Sunday, 28 January 2018

Stenciled Quilts: Talking Paints

There are hundreds of paints available for you to use when stenciling and painting quilts and whichever paints you start with, I encourage you to try those paints out on a sampler before beginning any project. Be sure to abuse the sampler with washing in hot and cold, colour testing it in soaking detergent and purposefully staining the sampler and then stain removing the damage using commercial laundry stain removal products to see how your paint holds up.

Obviously for art quilts you don't need to be as harsh with your sample as you'll probably never wash it, but I like to be confident with my choices and am happy to tell you that the fabrics your paint and stencil today will last as long as commercially printed fabrics. So have no fear, stencil on!

Here are my staple paints I work with, wash and recommend. 

If you're looking for a no fuss brand of paints to stencil with, Permaset Aqua is an excellent choice. Unlike many other paints, Permaset Aqua already has the textile medium in the base formula - this means you don't have to add any textile mediums to make it permanent, like you do when working with acrylics. This makes working with Permaset fuss free, you can simply get started without understanding or working with textile mediums. 

And you can mix colours and blend your own just like you would with regular paints. My only 'caution' is that these paints are strong pigments and usually offered in the pure pigment hue making them much brighter than usually expected. 

This paint is perfect for high use items, like my tablecloth below. This paint feels like the next level of pigment, it will never leave. I've soaked, hot washed and stain treated this tablecloth stenciled with Permaset and the ink isn't going anywhere!
This simply means you might need to blend several tones to get the tint you want, but it is a detail that really struck me - the strong clear pigments when I was after a soft, toned romantic shade. 

I purchased a whole spectrum of colours but only ever used the primaries along with white and black to tone them down. I wasted a lot of these paints because I never used them, I mostly mixed my own pallette and didn't actually need to buy all the 'individual' colours that I did. An excellent paint, I definitely recommend.



One of my favorite acrylic paints that I always return to is the Jo Sonja range of acrylic paints. I use the tubes, bottles and cap bottles across the whole range, they're all excellent.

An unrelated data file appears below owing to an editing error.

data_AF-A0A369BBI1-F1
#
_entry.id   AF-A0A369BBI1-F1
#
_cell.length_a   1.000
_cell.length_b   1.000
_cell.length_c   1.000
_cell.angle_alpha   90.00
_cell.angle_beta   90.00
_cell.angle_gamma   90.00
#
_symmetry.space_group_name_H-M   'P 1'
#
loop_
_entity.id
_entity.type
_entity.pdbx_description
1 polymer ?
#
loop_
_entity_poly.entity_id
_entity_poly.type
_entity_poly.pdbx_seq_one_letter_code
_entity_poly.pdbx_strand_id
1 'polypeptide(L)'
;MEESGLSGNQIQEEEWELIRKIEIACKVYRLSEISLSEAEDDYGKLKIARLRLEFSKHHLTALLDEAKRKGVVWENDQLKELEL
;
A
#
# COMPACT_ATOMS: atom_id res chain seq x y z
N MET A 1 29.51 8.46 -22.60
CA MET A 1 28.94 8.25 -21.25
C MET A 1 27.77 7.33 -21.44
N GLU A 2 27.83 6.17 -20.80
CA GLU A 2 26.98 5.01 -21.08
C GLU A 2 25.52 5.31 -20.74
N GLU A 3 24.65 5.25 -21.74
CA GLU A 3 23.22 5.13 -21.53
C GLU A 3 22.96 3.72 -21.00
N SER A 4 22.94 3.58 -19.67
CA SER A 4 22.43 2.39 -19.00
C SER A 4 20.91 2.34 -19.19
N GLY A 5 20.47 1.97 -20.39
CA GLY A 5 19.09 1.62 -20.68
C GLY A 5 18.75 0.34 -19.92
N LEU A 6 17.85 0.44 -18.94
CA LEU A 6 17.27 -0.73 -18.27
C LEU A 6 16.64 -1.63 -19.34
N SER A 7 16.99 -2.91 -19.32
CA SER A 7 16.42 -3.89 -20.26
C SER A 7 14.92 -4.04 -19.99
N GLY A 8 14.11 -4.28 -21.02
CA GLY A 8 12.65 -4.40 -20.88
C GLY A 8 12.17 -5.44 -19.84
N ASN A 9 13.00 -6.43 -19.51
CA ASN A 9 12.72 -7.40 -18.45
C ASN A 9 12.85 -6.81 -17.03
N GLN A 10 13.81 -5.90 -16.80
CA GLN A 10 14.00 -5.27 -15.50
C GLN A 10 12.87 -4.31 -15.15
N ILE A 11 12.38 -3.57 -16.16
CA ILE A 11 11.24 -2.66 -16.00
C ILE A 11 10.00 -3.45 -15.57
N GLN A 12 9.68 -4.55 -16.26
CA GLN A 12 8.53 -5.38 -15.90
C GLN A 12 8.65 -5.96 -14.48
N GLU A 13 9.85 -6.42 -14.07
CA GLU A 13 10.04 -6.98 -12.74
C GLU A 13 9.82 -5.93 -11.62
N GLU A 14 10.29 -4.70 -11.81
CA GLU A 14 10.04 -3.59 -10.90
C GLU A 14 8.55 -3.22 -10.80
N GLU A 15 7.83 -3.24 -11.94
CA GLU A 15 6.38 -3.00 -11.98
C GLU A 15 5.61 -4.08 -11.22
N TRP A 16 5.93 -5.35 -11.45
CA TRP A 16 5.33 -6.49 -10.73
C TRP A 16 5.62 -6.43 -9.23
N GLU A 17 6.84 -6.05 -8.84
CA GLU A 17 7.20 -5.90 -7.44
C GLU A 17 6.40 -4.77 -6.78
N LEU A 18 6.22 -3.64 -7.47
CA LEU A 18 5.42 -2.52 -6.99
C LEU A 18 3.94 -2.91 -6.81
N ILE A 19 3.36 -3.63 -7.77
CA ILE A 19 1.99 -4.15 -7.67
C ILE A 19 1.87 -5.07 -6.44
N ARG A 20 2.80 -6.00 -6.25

And what a range it is! If you have a colour in mind, you'll find it ready and waiting. A huge advantage across the Jo Sonja range is the range of colours. You can really pick and choose gorgeous colour schemes without creating your own mixes, which is ideal when you're starting out and want to purchase different shades of any colour, or a range of shades within a certain tone value without mixing them yourself. 

The metallics are also very good, I especially love the pale and rich golds, they always add an extra element when brushed lightly over other colours like my green leaves below.

I started out with the Jo Sonja range and I've used them all - including the crackles, sheens and dusts - with great effect. All these paints are acrylic which means that you can use them when you're done with stenciling for other things. I've had many of my Jo Sonja paints which I purchased in bulk for workshops, for over 10 years and they are still in excellent condition.

The only thing you need to be mindful of if you opt for Jo Sonja paints is that you will need to use a textile medium to make the acrylics permanent on fabric. As there is a Textile Medium in the range, this isn't a concern. If you follow the instructions on the Medium, it makes any of the acrylics permanent on fabric. I have done this many times and it really is permanent, so don't be worried on that front. 


The acrylics dry quickly, so if you are working on a larger piece you may want to use the range's version of a Retarder Medium. You can use this with the Textile Medium and all it does is slow down the drying time of the paint. It can also be used to save any paint you have mixed overnight when sealed in a container. 

Today, if I'm stenciling a quilt, I reach for the Jo Sonja paints-  I trust the range and have made most of my own stencil quilts with this brand. I have also used he Textile Medium with ordinary (not for the purpose) pencils and crayons to great - and permanent- effect.

Lastly, I want to talk about Caran d-Ache crayons in the NeoColor 2 Watersoluble range. I now use these the most in my quilting and applique. This is because they are so versatile and easy to use, there is no tedious set up or preparation. 
Usually I work with these crayons to add highlights, definition and embellishment to my blocks. I do this even when I'm not creating a 'stenciled' or painted quilt. For art quilts, you can use them directly. For all other quilts, I use them with a small amount of textile medium to make them permanent. As these are the paints I most often reach for now, I can't recommend them enough. Even if you will never stencil or paint a quilt block, there's real scope to enhance your non painted work with these crayons. 

2 comments:

  1. Great information for more ways to be creative. Oh my, what will my husband think now, ha ha

    ReplyDelete
  2. Very interesting Esther you have the patience of a Saint? Liked how you did the double veins in the leaves very very effective.

    ReplyDelete

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